So, at the end of this dismal list, what can one derive? That even traditionally published, successful authors who actually have the advantage of a publisher at their back, grinding away at the publicity machine, seem to think it’s okay to lie, it’s okay to cheat the public, treating them like a bunch of ignorant sheep.

Although Ellory said it was a lapse of judgement in his apology, one wonders how it is possible for anyone to have multiple lapses of judgement. One assumes a lapse of judgement happens when blind rage or intense emotion takes over, and one does something stupid … once … and regrets it thereafter. Somehow, these guilty parties managed to think their way through creating fake Twitter and review profiles; managed to create brilliant reviews for themselves, and also thought up horrible snipes about their rivals—all while in the grip of lapses of judgement.

Lying is lying. Cheating is cheating.

Let’s talk about cheating.

In February 2012, The Guardian posted a cautionary article entitled Plagiarist Beware: The Internet Will Find You Out.

It did in the case of Kay Manning, who had plagiarised sections of a number of romance books. Her excuse? She thought they were parts of her own work on her computer… Huh?

Clearly, the lesson was not learned. Even worse was a report in the New Yorker about Q.R. Markham (real name Quentin Rowan), the author who pieced together his lauded debut from an amalgamation of spy thrillers. Famous spy thrillers. It was inevitable that someone would notice. In Assassin of Secrets, there were thirty-four instances of plagiarism in the first thirty-five pages. He’d cobbled together his novel from a variety of great novels. Rowan later blamed his publishers for putting him under pressure.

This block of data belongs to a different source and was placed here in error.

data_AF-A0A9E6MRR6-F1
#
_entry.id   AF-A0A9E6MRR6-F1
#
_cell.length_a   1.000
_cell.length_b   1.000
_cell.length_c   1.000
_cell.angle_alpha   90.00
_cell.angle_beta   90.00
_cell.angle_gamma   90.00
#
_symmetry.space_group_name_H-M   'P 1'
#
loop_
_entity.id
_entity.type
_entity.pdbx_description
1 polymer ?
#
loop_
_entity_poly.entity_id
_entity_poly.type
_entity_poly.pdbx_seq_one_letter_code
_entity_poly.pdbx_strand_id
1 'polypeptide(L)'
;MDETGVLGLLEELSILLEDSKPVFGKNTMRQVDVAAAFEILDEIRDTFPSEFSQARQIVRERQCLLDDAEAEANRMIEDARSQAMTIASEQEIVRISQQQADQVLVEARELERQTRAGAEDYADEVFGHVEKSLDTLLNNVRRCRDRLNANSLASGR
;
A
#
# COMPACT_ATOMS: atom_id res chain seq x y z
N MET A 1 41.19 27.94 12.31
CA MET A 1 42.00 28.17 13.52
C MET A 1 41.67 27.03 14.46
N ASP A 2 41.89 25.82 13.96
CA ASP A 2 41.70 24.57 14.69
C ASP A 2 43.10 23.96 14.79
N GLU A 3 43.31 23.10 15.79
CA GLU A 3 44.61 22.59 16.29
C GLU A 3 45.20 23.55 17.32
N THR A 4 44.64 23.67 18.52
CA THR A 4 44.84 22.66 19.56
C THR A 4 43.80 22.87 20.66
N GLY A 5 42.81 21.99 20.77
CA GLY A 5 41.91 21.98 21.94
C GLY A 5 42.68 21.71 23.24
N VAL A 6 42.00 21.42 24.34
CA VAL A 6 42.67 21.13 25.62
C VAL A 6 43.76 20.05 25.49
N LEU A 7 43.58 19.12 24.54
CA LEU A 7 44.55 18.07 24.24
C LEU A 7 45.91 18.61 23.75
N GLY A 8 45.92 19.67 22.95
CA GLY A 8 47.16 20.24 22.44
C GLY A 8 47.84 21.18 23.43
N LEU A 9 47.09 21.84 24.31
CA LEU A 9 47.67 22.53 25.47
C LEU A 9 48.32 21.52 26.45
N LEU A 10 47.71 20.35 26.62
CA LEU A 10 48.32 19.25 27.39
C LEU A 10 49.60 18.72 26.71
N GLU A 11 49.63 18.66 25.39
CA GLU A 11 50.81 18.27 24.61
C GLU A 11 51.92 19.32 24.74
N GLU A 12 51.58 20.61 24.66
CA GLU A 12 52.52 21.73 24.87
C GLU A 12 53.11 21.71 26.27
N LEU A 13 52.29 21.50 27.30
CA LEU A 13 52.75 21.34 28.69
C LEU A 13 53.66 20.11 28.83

The bottom line is this: in all these cheating, jiggery-pokery, and smoke ‘n’ mirrors tactics, how much time did these authors waste in faking it, time that could have been more usefully employed in actually writing more books?

Although some opinions veer towards blaming Amazon, ask yourself: is Amazon the moral police officer of publishing? Amazon is a big shop front. It’s a gigantic store that sells loads of products. That’s their job.

It’s our job, as humans, to self enforce the rules for living. Thou shalt not cheat/steal/lie/dissemble/pull the wool etc. Everyone knows right from wrong. How much more reprehensible is it when writers, traditionally (like artists, playwrights, and poets) the people who hold a mirror up to society and point out our foibles/faults etc in their wonderful stories, deliberately and on numerous occasions seek to puff themselves up, and obtain praise by fraudulent means. It’s like cheating in an exam or faking your qualifications.

Although others have thought there will be little or no impact on these authors, it seems that you can fool some of the people some of the time, but not all of the people all of the time. There has been a backlash. Crime writers like authors Ian Rankin, Lee Child, and Val McDermid were among the 49 writers to condemn the “underhand tactics” of colleagues.

A last word from the CEO of Smashwords, Mark Coker about what makes a book great:

“The most powerful marketing secret is to write a super-fabulous book that markets itself. If a book can’t market itself through the passionate word-of-mouth of readers, the author’s marketing will be less effective. How does an author create a book that markets itself? The secret is to write a book that touches the reader’s soul. The reader must love it, and this holds true for both fiction and non-fiction.

If they feel passion for the book, they’ll leave you a five star review, not a three star review, and they’ll tell all their friends and family to purchase it as well. Reader passion gets you word of mouth and social media buzz, and this drives sales.”

Bring back ethics, morality and good, hard work on creating fantastic books. Then the sales, and the reviews, will come.